Mark Twain's New Book Has A Fascinating Origin Story That Will Make You Want To Read The Fairytale ASAP — EXCLUSIVE VIDEO
If you think picture books are just for kids, you're definitely missing out. These beautifully crafted books have become a mainstay in many adult home libraries for their gorgeous illustrations (many of them definitely coffee table worthy) and, especially these days, the sweet stories have messages and meaning that can transcend age. So when an unfinished fairytale by author Mark Twain, The Purloining of Prince Oleomargarine, was discovered, it was an exciting moment for book-lovers everywhere; and especially so when picture book phenoms (and Caldecott Medal winners for their celebrated picture book, A Sick Day for Amos McGee) Philip and Erin Stead were tapped to help complete it. Here's a treat: Bustle has an exclusive look at a gorgeous behind-the-scenes video that documents the monumental discovery of the manuscript, Phillip and Erin Stead's exciting journey to its completion, and just what went into its historic publication at Random House.
It is said that The Purloining of Prince Oleomargarine was born in a hotel in Paris one evening in the 1880s, when Mark Twain sat with his young daughters, who begged their father for a story. Choosing a picture from a magazine to get started, Twain began telling them the tale of Johnny, a poor boy in possession of some magical seeds, who finds himself on a quest to rescue a stolen prince. Later, Twain jotted down some rough notes about the story, but the tale was left unfinished... until now.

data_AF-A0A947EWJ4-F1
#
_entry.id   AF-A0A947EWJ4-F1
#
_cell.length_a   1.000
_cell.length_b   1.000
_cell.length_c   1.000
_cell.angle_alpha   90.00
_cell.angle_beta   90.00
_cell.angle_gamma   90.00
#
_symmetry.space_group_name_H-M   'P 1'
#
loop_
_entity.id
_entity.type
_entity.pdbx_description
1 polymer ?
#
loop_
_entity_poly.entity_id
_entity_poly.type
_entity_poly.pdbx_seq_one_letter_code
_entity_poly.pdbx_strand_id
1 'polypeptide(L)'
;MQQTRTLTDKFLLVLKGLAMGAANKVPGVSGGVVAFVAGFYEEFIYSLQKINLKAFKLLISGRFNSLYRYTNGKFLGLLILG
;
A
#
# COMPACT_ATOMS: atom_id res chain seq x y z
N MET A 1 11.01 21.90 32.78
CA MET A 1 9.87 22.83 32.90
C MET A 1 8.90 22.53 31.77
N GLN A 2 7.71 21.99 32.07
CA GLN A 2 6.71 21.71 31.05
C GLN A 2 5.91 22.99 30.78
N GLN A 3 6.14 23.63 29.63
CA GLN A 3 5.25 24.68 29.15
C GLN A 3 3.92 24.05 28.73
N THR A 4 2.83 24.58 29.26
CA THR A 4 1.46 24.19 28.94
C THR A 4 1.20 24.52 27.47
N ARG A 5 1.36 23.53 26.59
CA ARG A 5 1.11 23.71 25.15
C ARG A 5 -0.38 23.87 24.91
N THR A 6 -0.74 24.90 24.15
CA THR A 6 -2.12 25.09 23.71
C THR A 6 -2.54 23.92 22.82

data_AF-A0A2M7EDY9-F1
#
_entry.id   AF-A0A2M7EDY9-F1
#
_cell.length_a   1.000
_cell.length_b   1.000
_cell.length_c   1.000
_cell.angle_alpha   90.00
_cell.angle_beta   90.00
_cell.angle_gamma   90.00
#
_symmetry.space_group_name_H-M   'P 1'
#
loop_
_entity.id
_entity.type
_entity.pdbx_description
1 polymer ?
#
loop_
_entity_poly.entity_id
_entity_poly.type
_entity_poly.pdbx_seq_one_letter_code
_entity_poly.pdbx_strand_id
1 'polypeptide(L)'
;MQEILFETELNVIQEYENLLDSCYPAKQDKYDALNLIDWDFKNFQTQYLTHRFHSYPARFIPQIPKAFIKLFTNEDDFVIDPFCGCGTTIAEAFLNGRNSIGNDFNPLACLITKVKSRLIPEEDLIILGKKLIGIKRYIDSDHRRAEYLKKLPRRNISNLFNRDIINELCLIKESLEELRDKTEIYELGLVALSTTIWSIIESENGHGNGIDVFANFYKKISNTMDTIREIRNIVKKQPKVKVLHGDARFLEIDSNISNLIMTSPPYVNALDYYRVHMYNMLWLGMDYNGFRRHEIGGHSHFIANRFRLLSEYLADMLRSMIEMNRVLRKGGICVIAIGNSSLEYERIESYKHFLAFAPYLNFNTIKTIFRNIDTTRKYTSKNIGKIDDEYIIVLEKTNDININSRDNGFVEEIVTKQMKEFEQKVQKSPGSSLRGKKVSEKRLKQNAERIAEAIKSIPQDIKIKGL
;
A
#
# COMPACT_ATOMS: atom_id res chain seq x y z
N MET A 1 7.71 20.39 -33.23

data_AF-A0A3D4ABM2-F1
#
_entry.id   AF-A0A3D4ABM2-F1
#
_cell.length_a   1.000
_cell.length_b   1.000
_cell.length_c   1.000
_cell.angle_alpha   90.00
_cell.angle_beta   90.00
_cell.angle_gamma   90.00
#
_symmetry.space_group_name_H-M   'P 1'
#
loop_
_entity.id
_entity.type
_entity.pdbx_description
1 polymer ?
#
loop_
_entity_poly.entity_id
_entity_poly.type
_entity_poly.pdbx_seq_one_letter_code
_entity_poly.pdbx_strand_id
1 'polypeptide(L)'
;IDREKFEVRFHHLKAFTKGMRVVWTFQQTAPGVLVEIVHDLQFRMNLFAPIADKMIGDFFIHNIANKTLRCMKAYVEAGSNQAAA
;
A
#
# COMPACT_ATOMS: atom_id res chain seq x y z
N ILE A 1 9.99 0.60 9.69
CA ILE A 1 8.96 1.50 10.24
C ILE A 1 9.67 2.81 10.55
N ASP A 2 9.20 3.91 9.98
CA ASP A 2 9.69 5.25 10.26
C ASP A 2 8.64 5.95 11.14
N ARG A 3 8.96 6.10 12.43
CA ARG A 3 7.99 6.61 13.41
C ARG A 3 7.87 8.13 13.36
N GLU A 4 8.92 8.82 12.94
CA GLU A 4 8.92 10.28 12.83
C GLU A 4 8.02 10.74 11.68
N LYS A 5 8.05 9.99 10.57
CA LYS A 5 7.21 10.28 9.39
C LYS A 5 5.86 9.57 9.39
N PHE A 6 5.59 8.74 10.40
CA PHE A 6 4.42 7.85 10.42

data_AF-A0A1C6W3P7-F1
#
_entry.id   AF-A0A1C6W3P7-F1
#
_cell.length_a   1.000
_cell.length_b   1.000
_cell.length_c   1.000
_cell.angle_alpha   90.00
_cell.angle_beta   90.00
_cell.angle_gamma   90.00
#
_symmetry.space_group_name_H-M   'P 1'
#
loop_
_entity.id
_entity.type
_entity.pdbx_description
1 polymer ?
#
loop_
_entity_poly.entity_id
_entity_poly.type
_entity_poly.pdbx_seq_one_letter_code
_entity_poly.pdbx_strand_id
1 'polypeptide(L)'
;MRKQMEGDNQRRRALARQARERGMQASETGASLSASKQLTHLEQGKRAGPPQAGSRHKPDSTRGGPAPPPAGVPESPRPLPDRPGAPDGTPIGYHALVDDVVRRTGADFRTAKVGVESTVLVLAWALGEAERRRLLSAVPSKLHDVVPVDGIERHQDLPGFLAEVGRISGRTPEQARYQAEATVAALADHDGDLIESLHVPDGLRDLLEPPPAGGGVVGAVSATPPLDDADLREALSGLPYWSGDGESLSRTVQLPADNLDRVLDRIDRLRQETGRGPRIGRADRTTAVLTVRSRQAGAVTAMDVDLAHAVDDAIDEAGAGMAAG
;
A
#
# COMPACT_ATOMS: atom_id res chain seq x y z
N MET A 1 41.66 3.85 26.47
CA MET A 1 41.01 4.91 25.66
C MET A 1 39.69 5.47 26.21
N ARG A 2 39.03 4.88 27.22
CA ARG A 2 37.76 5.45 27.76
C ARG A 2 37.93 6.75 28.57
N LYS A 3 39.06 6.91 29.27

Twain's fairytale has been brought to spectacular life by the Steads, using 16 pages of the author's own handwritten notes as the basis for this new work. And though the tale reads like a classic, the explorations of charity, kindness and bravery in the face of tyranny carry with them a fierce heart and sharply drawn satire that will not feel out of place on any modern shelf.
This tale follows a young boy, Johnny, who eats the flower sprouted by a magical seed and gains the ability to talk to animals. Then the boy and his new animal friends go on a wild adventure to rescue a kidnapped prince. Though the story was never completed by Twain, it bears many of the hallmarks of his beloved style, with its humor and playfulness and the quest of a young boy navigating the adult world on his own.
Told in 160 pages over 11 chapters, the book is a combination of talent both classic and contemporary. Phillip and Erin Stead have completed the text and illustrated the book, interestingly framing the narrative as a story “told to me by my friend, Mr. Mark Twain,” and even including occasional interruptions by an imagined meeting over tea between Philip Stead and Twain.
It's an exciting moment for both readers everywhere, and of course, for both Steads who were more than ready and able to take on the job.
In a statement, Erin Stead says, "As an illustrator, not a writer, I can often use the excuse that I can’t find the right words to describe how I am feeling (stunned and honored being the closest and most generic). Luckily I can now turn to Twain, who is quite quotable, to provide a little context and inspiration: ‘I’m not the declining sort. I would take charge of the constellations if I were asked to do it. All you need in this life is ignorance and confidence: then success is sure."